The prevailing duration of pain and suffering over the brevity of our enjoyment of what is pleasurable must reveal something about the value and meaning of suffering. Undoubtedly, the joyful moments of life have an essential time and function for man. They are rewarding moments that reassure and fulfill man, but their nature and above all their short span of duration contribute very little to the growth of virtue. Sometimes, when such gratifying moments are exceeded, they may even deteriorate a person’s integrity (e.g. getting drunk, over-eating or sleeping) and jeopardize what one has gained through hard work and sacrifice.
On the other hand, the prolonged nature of suffering, pain, illness and moral angst that we cannot even verbalize, offers some interesting advantages because of the time-frame in which the person must embrace these realities. Within this ‘period of vulnerability’, the person first gradually learns to accept his own limitations, and realize that it is –even though it is hard and may take some time to acknowledge– part of one’s life and that it is an activity that must be faced and worked out.
In the case of illness, for example, Victor Frankl says, “it is given to me as a task. I have the responsibility of doing something about it. (…) The real result of suffering is a process of maturing. (…) This maturing is based on the fact that the human being attains an interior freedom despite one’s exterior dependence on others.” (The Suffering Man, 1987, p. 255) Man, like a maturing fruit in time, is able to discover another noble way to grow in his freedom.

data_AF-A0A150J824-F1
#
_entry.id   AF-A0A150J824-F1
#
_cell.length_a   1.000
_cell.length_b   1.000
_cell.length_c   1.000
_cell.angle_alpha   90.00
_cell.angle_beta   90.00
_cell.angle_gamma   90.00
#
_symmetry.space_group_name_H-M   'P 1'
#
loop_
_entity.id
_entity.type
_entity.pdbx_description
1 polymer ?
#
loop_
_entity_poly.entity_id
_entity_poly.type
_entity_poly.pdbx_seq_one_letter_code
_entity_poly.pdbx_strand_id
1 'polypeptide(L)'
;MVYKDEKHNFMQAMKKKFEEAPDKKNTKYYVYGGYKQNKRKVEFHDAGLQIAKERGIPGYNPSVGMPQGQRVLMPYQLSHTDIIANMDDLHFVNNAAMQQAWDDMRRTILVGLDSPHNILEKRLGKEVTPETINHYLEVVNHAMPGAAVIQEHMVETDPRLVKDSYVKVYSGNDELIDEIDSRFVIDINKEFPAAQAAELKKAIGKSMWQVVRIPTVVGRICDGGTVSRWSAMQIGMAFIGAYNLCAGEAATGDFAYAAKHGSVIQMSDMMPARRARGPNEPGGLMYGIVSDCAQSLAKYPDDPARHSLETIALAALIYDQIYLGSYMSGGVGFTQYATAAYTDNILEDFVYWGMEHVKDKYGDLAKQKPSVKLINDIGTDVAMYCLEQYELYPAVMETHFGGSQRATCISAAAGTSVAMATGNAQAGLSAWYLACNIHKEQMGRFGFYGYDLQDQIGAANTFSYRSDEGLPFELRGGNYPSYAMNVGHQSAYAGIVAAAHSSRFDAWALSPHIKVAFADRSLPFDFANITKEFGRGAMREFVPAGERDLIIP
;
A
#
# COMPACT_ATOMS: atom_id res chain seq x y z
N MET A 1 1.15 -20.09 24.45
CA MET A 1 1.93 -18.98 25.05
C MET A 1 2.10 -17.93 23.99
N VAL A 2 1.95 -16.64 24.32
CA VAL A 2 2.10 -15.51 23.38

This new horizon for the person, within the duration of any form of pain or trial, becomes an anvil of virtue. It is precisely in this context of weakness that one is invited to discover a new manner of exercising his freedom: to embrace something arduous and even some times debilitating. Our physical and moral weaknesses become a dynamic occasion to live another feature of being human.
Moreover, within the period and nature of his trials, man discovers yet another treasure: “he can only face suffering, that is, to suffer with meaning, if he suffers for something or someone. Suffering as an end in itself is meaningless. (…) To face it, one must transcend it (…) and suffering for a cause finds its greatest meaning in sacrifice.” (Ibid.) And this is why the length of time we suffer is essential, not because we enjoy suffering itself, but because of a cause or goal, which towards which our suffering steers us.
Perhaps, up to this point I may have only managed to scribble a set of loose thoughts. But as I close this essay, it may suffice to say that suffering’s long duration becomes a constant reminder that the enduring happiness we long for cannot be contained in this finite existence. The period of suffering for a cause, therefore, is meant to prepare us for a joy somewhere (in Heaven) which can be possessed and indulged in fully and eternally. “For God so loved the world that he gave his only Son, that whoever believes in him should not perish but have eternal life. (Jn 3:16)”